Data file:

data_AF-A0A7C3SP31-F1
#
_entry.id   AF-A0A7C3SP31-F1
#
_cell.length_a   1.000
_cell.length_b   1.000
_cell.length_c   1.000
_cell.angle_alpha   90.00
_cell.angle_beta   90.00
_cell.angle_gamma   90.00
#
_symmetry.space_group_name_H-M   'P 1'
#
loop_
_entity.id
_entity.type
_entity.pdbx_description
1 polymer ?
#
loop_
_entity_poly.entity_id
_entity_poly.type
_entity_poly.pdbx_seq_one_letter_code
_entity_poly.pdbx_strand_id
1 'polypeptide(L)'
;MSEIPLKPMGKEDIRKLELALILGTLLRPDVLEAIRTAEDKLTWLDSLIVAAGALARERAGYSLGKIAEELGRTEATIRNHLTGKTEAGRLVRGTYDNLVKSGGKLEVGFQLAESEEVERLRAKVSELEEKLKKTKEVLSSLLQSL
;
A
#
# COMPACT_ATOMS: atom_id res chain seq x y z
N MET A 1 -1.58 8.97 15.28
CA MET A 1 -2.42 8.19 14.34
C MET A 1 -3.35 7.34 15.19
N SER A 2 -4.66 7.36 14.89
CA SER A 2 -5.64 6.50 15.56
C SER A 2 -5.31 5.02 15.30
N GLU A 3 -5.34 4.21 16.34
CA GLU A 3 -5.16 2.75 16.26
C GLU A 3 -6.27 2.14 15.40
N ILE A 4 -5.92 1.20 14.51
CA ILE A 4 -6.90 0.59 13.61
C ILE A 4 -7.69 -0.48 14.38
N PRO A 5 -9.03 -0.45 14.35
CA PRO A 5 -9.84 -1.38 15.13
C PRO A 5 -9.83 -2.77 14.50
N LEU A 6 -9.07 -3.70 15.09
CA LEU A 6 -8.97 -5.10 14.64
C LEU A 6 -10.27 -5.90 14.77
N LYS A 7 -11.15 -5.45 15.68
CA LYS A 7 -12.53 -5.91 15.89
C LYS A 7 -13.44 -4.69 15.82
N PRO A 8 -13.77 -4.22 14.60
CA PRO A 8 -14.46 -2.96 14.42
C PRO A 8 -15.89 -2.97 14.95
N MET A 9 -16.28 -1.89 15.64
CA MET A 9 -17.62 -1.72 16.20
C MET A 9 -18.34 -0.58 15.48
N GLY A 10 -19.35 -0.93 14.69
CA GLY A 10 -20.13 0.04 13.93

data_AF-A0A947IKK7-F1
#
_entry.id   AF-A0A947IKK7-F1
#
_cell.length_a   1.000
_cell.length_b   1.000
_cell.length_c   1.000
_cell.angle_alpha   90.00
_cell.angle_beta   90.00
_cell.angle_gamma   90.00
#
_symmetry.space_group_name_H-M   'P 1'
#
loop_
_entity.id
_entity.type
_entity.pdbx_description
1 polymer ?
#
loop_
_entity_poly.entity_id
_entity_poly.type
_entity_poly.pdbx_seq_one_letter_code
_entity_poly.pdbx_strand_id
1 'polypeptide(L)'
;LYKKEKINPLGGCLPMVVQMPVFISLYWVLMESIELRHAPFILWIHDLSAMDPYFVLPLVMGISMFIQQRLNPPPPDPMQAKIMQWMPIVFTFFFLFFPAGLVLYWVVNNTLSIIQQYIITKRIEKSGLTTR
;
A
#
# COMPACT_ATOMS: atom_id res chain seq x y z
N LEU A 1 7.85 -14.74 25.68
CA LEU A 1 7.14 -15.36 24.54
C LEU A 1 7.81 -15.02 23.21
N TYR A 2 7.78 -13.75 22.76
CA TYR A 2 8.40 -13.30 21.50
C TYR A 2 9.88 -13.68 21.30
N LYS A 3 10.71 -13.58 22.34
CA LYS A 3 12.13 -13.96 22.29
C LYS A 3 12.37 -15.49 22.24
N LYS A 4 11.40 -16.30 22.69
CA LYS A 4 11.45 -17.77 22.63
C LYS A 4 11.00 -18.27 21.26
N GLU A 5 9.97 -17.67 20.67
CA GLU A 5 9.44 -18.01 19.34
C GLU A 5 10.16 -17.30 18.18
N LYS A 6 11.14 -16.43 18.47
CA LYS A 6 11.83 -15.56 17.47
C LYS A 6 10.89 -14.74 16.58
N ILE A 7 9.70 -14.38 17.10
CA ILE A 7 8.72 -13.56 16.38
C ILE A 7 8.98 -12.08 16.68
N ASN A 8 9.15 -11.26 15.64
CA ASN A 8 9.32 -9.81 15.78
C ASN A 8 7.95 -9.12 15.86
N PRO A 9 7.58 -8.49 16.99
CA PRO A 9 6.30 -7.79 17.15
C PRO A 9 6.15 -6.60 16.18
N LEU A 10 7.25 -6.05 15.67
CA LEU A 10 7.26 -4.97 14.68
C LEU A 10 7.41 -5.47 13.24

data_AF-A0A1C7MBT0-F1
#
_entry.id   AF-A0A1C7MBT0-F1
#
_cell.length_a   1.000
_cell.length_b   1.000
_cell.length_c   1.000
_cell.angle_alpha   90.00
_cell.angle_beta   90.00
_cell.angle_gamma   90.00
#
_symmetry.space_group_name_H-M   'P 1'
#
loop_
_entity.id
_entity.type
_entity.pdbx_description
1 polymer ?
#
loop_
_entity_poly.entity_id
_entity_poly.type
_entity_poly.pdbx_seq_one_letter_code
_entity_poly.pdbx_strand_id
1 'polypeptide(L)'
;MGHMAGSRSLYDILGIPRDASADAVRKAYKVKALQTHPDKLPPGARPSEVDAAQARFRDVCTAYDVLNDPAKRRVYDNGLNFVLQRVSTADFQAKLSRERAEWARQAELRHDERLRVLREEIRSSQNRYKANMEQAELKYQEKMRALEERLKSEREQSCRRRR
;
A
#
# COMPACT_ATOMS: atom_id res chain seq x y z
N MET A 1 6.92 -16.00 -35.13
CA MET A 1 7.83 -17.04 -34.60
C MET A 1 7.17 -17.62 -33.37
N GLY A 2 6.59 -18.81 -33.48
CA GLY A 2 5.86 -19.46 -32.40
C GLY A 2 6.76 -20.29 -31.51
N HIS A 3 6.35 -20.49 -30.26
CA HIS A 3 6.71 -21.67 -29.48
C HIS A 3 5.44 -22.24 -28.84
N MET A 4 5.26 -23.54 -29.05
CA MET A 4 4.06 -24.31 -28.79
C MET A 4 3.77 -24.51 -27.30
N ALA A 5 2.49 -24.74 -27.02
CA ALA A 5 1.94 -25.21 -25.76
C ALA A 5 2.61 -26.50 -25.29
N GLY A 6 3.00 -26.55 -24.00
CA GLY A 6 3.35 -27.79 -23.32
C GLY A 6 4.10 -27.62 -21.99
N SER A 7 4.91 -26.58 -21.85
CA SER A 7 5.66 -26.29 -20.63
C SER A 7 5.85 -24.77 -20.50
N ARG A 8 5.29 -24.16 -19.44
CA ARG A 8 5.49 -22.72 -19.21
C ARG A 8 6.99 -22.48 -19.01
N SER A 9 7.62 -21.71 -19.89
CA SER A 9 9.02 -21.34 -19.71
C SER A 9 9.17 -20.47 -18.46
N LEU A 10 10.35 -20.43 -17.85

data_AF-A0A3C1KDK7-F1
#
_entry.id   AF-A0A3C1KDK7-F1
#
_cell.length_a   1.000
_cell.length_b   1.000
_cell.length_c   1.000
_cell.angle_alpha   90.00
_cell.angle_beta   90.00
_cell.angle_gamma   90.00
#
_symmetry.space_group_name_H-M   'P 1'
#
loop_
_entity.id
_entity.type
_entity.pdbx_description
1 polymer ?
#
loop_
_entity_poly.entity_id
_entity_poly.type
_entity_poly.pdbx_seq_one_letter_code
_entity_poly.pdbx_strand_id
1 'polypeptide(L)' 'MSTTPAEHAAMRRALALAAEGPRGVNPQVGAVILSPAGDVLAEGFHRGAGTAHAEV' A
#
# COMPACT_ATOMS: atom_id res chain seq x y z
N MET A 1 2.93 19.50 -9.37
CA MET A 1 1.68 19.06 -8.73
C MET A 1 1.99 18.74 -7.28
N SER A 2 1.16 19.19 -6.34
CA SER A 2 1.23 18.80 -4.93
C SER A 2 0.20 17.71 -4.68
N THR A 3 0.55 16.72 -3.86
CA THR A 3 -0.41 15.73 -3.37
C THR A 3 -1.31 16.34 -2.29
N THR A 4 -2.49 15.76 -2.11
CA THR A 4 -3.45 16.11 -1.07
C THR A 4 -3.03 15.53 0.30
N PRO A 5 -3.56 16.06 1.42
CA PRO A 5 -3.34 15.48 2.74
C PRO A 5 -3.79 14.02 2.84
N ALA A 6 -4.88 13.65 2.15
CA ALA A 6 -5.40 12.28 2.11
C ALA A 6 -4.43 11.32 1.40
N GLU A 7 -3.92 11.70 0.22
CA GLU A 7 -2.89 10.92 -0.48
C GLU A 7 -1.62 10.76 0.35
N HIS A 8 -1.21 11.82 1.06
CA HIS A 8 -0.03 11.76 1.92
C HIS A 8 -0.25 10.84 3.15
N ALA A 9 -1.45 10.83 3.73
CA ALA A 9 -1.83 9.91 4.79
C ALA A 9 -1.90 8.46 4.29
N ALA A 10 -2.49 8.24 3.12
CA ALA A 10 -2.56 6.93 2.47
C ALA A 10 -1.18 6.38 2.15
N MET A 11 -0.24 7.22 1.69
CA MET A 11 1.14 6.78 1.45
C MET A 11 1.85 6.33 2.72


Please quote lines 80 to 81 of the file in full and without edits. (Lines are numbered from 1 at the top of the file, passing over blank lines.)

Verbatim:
_entity_poly.entity_id
_entity_poly.type